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Storytelling 101 – Why one version works and the other does not.

January 29, 2016

I saw this short animated film today from a Facebook share. It’s called “The Present” and it has won a bazillion awards at film festivals. It’s touching, simple, visual, emotional – all of the things we know makes an idea “stick.” The comments in Vimeo and on FB posts are pretty uniformly positive. It’s definitely worth a viewing.

The Present from Jacob Frey on Vimeo.

Now, for a comparison.

Facebook is so helpful to give us the “people also shared” links on this stuff, so we can sometimes stumble on other interesting items (anything to keep us swiping and clicking.)

So, I took the bait and clicked on this link:

http://9gag.com/gag/aXXWodz

It’s a comic version of the exact same story. For some reason, it doesn’t affect me the same way as the short film. From looking at the comments (language-warning), it doesn’t have the same effect on readers either. Just a different audience?

I’d suggest it’s a radically different visual and storytelling style. It’s graphic, static, and less warm-and-fuzzy, for sure. Also, notice that, in contrast to the film version, the story is told through dialogue – especially the boy’s feelings toward the dog. What was left shown and un-said in the film was expressed definitely and very on-the-nose.

What other differences do you see? Think about the difference in the impact of each version and think about what you can learn.

(Note, this comic is just a clipping and not the whole comic. Click on the link above to see the whole thing.)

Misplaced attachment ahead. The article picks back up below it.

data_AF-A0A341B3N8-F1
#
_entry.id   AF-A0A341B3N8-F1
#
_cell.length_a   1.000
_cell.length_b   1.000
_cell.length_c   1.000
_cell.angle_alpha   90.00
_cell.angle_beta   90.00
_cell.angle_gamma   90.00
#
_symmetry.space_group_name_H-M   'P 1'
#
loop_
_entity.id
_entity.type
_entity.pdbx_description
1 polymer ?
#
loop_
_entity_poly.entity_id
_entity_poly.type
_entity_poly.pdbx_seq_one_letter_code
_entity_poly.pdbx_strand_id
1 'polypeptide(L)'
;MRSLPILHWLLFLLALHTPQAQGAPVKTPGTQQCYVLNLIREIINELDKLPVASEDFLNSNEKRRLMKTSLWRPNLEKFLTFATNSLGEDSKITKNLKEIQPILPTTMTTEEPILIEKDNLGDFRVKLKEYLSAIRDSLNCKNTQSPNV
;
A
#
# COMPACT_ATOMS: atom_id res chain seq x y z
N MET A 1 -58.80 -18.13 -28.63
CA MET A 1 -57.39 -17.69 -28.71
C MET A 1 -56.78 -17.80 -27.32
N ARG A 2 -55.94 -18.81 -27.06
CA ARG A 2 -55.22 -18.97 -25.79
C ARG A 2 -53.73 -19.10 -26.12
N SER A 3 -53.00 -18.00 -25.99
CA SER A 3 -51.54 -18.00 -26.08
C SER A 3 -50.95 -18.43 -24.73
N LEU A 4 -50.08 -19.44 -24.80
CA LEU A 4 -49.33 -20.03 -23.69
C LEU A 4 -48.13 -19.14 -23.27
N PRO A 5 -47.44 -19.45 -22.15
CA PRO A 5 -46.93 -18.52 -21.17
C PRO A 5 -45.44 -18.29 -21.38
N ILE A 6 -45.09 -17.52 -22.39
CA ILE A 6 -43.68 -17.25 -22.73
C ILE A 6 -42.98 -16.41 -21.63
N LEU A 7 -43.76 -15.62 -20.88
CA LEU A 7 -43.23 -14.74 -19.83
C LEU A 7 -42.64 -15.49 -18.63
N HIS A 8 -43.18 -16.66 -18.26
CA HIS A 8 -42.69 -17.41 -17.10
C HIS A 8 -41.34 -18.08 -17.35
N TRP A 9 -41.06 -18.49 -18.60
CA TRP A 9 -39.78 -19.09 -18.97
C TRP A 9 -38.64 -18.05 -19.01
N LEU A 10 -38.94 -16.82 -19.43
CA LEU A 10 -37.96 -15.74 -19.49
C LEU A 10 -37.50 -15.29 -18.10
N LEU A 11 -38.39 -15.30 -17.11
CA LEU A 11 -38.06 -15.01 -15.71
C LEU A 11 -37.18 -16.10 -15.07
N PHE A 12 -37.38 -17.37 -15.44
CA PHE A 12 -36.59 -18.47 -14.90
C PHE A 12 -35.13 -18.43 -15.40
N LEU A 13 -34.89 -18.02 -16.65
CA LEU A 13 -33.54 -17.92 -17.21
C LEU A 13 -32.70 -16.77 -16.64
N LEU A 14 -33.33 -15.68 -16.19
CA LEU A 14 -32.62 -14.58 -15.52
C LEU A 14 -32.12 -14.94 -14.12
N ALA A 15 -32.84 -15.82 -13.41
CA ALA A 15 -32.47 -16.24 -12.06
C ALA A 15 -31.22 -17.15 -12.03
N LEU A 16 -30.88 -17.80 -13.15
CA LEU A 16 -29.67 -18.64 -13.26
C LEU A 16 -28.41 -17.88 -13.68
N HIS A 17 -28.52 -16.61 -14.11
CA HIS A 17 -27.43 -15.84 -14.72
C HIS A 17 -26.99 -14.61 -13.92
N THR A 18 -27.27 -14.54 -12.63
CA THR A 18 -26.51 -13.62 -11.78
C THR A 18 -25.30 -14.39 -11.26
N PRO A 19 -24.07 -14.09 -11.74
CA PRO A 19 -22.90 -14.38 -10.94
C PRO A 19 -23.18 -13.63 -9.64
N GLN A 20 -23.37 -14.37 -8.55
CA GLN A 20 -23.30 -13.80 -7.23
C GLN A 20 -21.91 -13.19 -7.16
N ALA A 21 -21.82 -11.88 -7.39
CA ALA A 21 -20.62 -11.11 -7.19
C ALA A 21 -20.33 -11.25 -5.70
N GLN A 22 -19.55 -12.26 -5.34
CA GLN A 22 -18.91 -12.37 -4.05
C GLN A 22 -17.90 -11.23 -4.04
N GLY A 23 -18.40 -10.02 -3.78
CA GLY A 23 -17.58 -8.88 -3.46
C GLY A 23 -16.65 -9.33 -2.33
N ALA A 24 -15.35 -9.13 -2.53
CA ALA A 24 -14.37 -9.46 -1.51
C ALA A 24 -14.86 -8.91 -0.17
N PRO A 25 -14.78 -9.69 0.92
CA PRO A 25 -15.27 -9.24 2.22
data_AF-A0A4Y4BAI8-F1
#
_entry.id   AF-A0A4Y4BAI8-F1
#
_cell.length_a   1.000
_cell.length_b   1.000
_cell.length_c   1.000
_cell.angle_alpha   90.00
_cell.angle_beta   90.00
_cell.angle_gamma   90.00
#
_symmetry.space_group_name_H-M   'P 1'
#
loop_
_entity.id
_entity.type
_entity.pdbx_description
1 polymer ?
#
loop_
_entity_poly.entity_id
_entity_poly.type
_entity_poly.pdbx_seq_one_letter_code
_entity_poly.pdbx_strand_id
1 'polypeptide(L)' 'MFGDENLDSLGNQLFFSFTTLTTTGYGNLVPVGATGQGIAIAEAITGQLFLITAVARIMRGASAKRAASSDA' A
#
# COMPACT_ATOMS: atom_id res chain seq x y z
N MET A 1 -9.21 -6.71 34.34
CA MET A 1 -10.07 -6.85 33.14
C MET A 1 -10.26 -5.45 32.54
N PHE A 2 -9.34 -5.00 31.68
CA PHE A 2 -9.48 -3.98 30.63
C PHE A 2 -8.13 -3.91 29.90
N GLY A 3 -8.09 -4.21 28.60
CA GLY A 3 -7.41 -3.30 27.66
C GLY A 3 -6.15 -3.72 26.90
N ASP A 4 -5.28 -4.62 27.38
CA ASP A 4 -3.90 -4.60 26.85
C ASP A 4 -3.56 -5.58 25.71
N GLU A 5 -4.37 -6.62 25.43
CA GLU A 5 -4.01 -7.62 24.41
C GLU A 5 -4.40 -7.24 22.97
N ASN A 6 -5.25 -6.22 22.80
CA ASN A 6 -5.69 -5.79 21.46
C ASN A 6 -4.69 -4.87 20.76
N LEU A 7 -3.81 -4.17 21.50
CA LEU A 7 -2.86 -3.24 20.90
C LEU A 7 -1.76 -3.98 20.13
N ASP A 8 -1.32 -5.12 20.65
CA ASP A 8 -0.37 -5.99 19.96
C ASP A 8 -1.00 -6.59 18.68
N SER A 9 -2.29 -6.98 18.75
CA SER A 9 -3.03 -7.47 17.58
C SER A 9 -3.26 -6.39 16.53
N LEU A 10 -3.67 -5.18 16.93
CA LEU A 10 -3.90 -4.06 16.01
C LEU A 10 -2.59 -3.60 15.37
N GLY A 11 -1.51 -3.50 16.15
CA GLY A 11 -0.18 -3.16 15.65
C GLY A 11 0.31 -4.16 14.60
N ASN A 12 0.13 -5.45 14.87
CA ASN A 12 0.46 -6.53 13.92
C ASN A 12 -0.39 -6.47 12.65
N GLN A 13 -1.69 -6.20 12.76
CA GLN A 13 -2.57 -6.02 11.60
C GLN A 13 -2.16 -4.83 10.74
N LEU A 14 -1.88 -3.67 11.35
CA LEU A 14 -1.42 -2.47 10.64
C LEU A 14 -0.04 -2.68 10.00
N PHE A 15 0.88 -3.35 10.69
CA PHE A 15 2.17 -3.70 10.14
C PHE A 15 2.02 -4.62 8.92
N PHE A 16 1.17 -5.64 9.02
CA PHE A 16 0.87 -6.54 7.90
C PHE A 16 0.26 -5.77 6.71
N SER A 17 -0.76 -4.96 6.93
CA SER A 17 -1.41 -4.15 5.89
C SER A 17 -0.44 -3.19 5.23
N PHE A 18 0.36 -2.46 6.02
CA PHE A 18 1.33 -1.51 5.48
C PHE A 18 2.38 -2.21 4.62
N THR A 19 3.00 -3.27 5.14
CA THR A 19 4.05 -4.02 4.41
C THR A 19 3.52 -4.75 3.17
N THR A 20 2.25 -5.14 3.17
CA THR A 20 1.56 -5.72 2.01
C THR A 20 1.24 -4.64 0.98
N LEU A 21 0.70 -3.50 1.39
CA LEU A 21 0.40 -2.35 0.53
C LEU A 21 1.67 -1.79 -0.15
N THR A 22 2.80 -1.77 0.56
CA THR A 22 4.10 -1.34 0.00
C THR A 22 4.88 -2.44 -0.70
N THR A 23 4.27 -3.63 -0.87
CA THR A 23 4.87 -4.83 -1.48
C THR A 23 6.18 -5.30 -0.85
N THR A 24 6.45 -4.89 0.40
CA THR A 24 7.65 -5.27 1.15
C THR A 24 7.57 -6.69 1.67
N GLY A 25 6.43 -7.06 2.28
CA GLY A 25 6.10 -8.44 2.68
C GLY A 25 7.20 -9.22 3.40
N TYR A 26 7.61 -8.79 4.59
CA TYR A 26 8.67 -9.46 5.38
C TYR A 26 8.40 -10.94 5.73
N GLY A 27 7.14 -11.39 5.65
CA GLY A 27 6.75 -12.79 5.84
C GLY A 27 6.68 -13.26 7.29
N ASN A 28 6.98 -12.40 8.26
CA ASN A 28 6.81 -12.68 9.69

3-legged dog

 

 

Don’t be afraid. Get to the roots of your story

July 31, 2014

Don’t be afraid. Get to the roots of that draft so you can see how it wants to grow. #screenwriting http://ow.ly/i/6poAW

These are my index cards with every scene in the second draft of a screenplay I'm working on.

These are my index cards with every scene in the second draft of a screenplay I’m working on.

Lightfield photography – inviting viewers to touch your pictures

April 4, 2014

I’m a filmmaker and photographer. As such, I’m a sucker for gadgets and new technologies.

The idea of “lightfield” photographs that capture light in multiple dimensions (a very inadequate technical description) is intriguing to me. The basic deal is that you can share photographs that can be refocused by a viewer to reveal different parts of an image.

I just bought a Lytro camera and am now hooked on thinking of ways to tell interesting visual stories in single frames. Here’s one of my first attempts, a simple image of a couple of figurines my wife collects of mothers and children.

You can click on the image to shift the focus point. You can also click and drag on the image and it shows a tiny perspective shift. Kinda cool.

Streaming video to mobiles with very lim

May 13, 2013

Streaming video to mobiles with very limited bandwidth? Looking at Africa. http://ow.ly/kYAx5 #mobmin

“She looked for love, and then…” – New Web Clip

April 26, 2013

In a place where young people aren’t allowed to meet face-to-face, relationships can be risky. I just finished this new web clip for Arab World Media. It’s a light-hearted, cautionary tale about ‘phone dating.’

Here’s a link to one of the Arabic-language pages where it’s embedded at Maarifa.org

Or, you can watch the English version here:

“She looked for love, and then…” — English version from Tom Khazoyan on Vimeo.

Won’t you take the time to listen to th

March 1, 2013

Won’t you take the time to listen to the Yanomamö themselves, instead of anthropologists? #yanomami #chagnon http://ow.ly/i9KMi

In my distraction over the #Oscars, I ne

February 25, 2013

In my distraction over the #Oscars, I nearly forgot what I really care about. Things like: http://ow.ly/i2QYF @uprisingofwomen